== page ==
|LETTER TO EDITOR
|Year : 2020 | Volume
| Issue : 2 | Page : 175-176
Disinfection of environment in health-care settings: In COVID era
Raja Danasekaran, Vedapriya Dande Rajasekar
Department of Community Medicine, Chettinad Hospital and Research Institute, Chettinad Academy of Research and Education, Chengalpattu, Tamil Nadu, India
|Date of Submission||09-Jul-2020|
|Date of Decision||08-Sep-2020|
|Date of Acceptance||10-Oct-2020|
|Date of Web Publication||24-Dec-2020|
Dr. Raja Danasekaran
Department of Community Medicine, Chettinad Hospital and Research Institute, Chettinad Academy of Research and Education, Kelambakkam, Chengalpattu - 603 103, Tamil Nadu
Source of Support: None, Conflict of Interest: None
|How to cite this article:|
Danasekaran R, Rajasekar VD. Disinfection of environment in health-care settings: In COVID era. Indian J Community Fam Med 2020;6:175-6
|How to cite this URL:|
Danasekaran R, Rajasekar VD. Disinfection of environment in health-care settings: In COVID era. Indian J Community Fam Med [serial online] 2020 [cited 2021 Jan 24];6:175-6. Available from: https://www.ijcfm.org/text.asp?2020/6/2/175/304801
Coronavirus disease 2019 (COVID-19) is a respiratory illness caused by SARS-CoV-2. The disease is mainly transmitted by close contact and respiratory droplets, while the role of surface contamination, especially in health-care settings, is not conclusively proven. Keeping in view about the role of fomite transmission in case of other coronaviruses, the World Health Organization has given guidelines about the measures to be taken in health-care settings to avoid such spread. Environmental surfaces, mainly areas where COVID cases are managed, and medical procedures (bronchoscopy, endotracheal intubation, etc.) being carried out are more likely to be contaminated with the virus. Therefore, those areas must be demarcated and disinfected properly as per guidelines in order to avoid further transmission.
First, the environment has to be cleaned with soap and water mechanically in order to remove the dust, debris, and other organic matters. Then, a recommended disinfectant (like sodium hypochlorite) has to be applied in the right concentration (e.g., 1% sodium hypochlorite) and should be left for the recommended contact time (at least 10 min), so as to kill all the microbes. Metallic surfaces like door handles can be disinfected with 70% alcohol where bleach is not suitable. Proper disinfection of the environment involves adequate training, monitoring, and feedback of the staff involved. Appropriate personal protective equipment (PPE) need to be worn while preparing or using disinfectants to avoid exposure to chemicals. PPE which are advised include uniforms with long sleeves, closed work footwear, aprons, heavy-duty rubber gloves, triple-layer medical mask, and face shield. Special care needs to be taken while doffing the PPE so as to avoid self-inoculation with contaminated PPE or hands and a separate doffing room needs to be set up which has to be disinfected regularly.
Hypochlorite products such as sodium hypochlorite solution display a broad spectrum of action against majority of the microbes. As per the recommendations of National Guidelines for Infection Prevention and Control in health-care settings by the Government of India, 1% sodium hypochlorite solution can be used for disinfection of surfaces that might have got contaminated with the organism during patient care. Chlorine solutions decay rapidly in accordance with time and hence have to be prepared daily. [Table 1] shows some of the common surfaces that could get contaminated with the SARS-CoV-2 and the recommended method of disinfection.,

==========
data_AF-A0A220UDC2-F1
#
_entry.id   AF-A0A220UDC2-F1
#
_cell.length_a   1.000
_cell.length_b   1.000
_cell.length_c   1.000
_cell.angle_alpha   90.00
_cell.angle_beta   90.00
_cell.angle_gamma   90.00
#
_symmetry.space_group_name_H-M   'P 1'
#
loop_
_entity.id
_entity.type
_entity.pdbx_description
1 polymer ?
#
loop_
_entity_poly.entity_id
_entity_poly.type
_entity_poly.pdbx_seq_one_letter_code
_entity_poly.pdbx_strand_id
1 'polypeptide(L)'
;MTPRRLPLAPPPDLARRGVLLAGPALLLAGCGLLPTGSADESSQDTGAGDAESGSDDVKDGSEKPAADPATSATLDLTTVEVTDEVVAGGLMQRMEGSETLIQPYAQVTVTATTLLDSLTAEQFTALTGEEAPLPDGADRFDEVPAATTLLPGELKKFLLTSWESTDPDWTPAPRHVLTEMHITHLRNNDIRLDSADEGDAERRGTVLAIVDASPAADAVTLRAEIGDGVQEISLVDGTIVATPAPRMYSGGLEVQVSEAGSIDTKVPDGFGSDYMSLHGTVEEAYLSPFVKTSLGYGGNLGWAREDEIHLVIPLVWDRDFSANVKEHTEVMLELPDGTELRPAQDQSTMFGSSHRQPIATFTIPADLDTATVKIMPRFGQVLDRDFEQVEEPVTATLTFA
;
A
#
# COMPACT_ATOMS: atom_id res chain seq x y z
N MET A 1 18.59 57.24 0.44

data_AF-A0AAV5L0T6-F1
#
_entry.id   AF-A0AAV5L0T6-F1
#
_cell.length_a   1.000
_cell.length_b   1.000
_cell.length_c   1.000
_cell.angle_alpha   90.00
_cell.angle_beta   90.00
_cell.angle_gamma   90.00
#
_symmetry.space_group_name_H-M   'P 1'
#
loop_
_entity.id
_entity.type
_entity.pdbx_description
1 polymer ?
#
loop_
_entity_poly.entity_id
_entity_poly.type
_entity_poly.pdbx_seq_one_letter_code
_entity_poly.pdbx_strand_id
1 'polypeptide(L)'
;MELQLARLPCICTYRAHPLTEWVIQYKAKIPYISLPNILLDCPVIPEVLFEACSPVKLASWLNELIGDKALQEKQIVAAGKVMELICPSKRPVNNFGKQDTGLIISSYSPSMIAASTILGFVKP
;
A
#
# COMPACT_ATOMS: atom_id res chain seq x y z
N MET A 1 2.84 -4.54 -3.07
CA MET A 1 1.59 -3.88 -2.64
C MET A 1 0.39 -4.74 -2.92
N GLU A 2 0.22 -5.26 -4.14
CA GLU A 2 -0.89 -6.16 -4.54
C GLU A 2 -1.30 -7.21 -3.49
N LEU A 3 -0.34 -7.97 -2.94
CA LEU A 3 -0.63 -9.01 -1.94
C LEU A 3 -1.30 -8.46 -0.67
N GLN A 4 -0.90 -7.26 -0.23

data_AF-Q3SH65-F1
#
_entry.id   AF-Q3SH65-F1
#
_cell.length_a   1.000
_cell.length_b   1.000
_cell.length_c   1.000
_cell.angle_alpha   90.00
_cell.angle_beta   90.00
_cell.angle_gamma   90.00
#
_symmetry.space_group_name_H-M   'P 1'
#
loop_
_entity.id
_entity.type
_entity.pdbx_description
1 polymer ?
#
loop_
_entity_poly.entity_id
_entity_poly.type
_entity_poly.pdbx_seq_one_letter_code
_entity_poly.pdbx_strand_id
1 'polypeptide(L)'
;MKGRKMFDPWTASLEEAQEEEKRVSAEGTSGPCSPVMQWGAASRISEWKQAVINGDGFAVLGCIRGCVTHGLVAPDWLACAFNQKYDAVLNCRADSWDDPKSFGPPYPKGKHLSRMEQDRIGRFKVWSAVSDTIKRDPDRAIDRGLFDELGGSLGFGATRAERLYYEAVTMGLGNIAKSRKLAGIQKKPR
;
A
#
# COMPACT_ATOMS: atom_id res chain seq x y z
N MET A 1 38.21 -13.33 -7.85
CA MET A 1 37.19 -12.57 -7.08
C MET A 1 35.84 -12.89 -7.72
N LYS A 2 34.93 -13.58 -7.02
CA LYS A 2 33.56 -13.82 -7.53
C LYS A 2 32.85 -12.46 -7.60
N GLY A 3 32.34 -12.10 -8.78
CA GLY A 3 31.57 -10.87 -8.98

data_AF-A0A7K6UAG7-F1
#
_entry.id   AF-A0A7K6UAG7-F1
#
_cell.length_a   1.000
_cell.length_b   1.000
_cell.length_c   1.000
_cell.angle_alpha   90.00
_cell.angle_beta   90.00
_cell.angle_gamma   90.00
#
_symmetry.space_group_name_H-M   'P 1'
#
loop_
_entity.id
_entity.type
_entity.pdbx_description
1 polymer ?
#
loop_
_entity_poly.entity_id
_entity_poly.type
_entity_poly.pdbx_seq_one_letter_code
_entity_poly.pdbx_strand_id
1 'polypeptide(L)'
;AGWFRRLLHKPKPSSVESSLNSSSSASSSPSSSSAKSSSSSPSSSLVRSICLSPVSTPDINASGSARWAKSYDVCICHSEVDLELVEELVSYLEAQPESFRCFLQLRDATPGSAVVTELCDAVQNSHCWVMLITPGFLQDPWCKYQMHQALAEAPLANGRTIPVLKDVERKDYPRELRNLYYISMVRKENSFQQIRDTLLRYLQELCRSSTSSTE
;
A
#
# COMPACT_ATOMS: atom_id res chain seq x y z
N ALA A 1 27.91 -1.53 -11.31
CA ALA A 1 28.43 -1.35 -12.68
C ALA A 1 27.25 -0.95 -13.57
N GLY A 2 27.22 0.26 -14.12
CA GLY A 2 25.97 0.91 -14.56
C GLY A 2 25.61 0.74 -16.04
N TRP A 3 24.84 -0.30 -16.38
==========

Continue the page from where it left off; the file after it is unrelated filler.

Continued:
|Table 1: Guidelines for environmental disinfection in health-care settings|
Click here to view
Spraying or fogging using some disinfectants is not recommended, because of their ineffectiveness over the organic matter, in addition to the risk of adverse health effects among the workers. Some no-touch disinfectant methods such as ultraviolet irradiation and use of vaporized hydrogen peroxide are being tested and approved in some places but only for terminal disinfection and that too with prior removal of organic matter by cleaning. Furthermore, spraying disinfectants over people need to be avoided under any conditions, as it may lead to serious health consequences. All touchable surfaces have to be disinfected, but those high-touch surfaces (such as bed rails, door handles, and switches) have to be disinfected frequently.
Appropriate disinfectants have to be selected for health-care settings, while taking into consideration their efficacy against other health-care-associated infections too, apart from SARS-CoV-2. Even though there is not much evidence on the role of fomite risk in nonhealth-care settings (such as homes, schools, offices), high-touch surfaces need to be identified and disinfected regularly. Due to the fact that the Coronavirus can survive in the environment for days, disinfection of the environment, especially the health-care settings where COVID-19 patients are managed becomes imperative.,
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Conflicts of interest
There are no conflicts of interest.
| References|| |
Ramesh N, Siddaiah A, Joseph B. Tackling corona virus disease 2019 (COVID 19) in workplaces. Indian J Occup Environ Med 2020;24:16-8. [Full text]
Kampf G, Todt D, Pfaender S, Steinmann E. Persistence of coronaviruses on inanimate surfaces and their inactivation with biocidal agents. J Hosp Infect 2020;104:246-51.